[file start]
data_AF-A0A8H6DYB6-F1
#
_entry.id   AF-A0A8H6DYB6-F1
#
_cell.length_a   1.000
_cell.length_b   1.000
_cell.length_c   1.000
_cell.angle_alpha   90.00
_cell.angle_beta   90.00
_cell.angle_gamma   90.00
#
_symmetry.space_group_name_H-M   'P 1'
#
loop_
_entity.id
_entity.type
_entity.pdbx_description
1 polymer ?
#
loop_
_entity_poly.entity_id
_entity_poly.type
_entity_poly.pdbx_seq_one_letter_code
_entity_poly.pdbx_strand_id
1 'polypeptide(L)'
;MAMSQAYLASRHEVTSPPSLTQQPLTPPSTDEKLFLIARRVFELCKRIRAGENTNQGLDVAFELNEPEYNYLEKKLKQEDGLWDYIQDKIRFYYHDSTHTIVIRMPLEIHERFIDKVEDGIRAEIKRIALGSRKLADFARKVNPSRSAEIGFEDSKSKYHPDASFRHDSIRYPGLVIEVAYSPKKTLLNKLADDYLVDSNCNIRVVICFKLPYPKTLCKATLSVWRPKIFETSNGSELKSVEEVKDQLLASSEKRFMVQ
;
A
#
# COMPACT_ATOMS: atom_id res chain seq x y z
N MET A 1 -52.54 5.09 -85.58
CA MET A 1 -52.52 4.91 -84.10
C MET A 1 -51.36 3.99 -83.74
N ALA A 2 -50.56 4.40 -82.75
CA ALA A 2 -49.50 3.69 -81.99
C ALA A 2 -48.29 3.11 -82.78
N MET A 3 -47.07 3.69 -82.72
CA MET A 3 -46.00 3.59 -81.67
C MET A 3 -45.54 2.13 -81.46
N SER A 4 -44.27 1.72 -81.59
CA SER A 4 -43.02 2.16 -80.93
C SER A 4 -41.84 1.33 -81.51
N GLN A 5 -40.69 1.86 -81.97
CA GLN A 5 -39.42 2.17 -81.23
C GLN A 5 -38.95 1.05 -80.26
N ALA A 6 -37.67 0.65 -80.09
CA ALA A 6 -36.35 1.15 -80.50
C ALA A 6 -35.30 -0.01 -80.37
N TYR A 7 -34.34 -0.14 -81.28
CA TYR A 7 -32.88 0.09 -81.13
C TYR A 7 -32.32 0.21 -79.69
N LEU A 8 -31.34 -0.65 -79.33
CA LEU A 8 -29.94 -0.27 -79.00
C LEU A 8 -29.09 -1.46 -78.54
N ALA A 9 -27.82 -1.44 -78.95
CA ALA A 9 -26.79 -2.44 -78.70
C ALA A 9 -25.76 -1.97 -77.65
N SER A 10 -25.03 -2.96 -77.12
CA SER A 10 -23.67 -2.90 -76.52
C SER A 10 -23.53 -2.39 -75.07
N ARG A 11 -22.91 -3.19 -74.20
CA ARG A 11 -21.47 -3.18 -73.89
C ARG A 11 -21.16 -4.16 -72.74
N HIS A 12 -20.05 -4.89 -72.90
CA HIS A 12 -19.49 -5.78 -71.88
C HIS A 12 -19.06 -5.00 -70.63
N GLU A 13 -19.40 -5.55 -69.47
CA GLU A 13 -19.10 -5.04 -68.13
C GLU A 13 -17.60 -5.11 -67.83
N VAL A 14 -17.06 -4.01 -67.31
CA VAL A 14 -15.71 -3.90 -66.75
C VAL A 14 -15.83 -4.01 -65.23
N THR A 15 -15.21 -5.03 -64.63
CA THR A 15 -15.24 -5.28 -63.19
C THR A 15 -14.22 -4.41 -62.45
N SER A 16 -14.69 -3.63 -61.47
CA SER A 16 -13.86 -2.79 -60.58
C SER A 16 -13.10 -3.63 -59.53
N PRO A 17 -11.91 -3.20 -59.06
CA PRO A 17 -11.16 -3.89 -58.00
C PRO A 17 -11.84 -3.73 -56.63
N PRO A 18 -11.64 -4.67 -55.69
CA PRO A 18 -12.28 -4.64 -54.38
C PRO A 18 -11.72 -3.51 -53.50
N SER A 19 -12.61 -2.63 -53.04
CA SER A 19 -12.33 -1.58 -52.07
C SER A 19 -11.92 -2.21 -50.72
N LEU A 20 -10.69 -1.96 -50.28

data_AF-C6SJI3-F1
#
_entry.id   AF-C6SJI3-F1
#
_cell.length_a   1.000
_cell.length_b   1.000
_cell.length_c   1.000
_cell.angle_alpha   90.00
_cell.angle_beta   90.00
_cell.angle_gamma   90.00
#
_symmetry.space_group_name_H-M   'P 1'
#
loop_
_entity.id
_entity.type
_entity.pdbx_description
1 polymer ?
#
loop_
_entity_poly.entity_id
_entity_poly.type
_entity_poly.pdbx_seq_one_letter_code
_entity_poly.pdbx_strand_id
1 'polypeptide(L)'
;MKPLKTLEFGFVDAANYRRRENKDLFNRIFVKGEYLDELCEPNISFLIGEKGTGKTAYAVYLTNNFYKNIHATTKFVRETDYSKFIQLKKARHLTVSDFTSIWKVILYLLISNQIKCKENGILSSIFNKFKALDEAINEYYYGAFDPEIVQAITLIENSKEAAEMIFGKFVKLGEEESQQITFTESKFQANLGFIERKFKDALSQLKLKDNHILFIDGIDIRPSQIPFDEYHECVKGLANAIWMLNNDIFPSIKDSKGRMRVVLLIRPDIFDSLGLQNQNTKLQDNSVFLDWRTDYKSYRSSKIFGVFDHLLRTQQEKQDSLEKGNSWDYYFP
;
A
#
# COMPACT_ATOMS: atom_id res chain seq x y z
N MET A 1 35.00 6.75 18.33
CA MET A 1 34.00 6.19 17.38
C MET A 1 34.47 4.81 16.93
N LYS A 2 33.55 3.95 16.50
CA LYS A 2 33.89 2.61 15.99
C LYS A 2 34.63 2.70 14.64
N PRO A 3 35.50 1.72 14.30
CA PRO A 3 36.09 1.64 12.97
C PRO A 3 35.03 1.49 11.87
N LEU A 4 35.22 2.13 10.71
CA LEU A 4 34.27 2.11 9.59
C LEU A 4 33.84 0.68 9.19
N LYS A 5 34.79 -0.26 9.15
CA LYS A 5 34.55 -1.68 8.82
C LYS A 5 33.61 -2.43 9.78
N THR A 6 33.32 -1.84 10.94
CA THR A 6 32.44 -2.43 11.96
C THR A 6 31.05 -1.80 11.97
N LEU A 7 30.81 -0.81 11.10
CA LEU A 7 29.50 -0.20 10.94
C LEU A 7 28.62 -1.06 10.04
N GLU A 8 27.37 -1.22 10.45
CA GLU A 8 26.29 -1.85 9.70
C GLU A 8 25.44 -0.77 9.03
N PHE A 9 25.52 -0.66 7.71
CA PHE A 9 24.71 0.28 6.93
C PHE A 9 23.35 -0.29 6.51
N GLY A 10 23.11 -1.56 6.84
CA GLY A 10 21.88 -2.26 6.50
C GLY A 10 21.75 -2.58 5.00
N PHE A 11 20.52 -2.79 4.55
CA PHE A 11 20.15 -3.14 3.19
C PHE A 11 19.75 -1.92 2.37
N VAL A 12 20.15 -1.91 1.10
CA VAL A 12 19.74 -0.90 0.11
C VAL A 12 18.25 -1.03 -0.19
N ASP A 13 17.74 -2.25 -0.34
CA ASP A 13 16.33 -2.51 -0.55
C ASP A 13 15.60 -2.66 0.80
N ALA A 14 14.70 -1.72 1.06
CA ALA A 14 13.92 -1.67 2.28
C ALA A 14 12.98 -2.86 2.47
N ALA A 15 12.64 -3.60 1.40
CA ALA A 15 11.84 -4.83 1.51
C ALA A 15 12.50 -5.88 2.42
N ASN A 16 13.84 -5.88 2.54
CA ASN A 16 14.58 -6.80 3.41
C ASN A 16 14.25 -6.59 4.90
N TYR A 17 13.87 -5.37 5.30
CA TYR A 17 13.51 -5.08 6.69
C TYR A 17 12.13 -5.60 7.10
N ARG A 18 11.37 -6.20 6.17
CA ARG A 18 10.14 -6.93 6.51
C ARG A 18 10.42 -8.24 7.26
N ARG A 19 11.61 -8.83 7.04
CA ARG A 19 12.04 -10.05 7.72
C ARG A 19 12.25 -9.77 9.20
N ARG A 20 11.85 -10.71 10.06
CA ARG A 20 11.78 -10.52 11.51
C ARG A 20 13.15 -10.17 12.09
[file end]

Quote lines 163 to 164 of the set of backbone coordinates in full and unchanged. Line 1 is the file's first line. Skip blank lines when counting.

C ALA A 15 12.50 -5.88 2.42
N ASN A 16 13.84 -5.88 2.54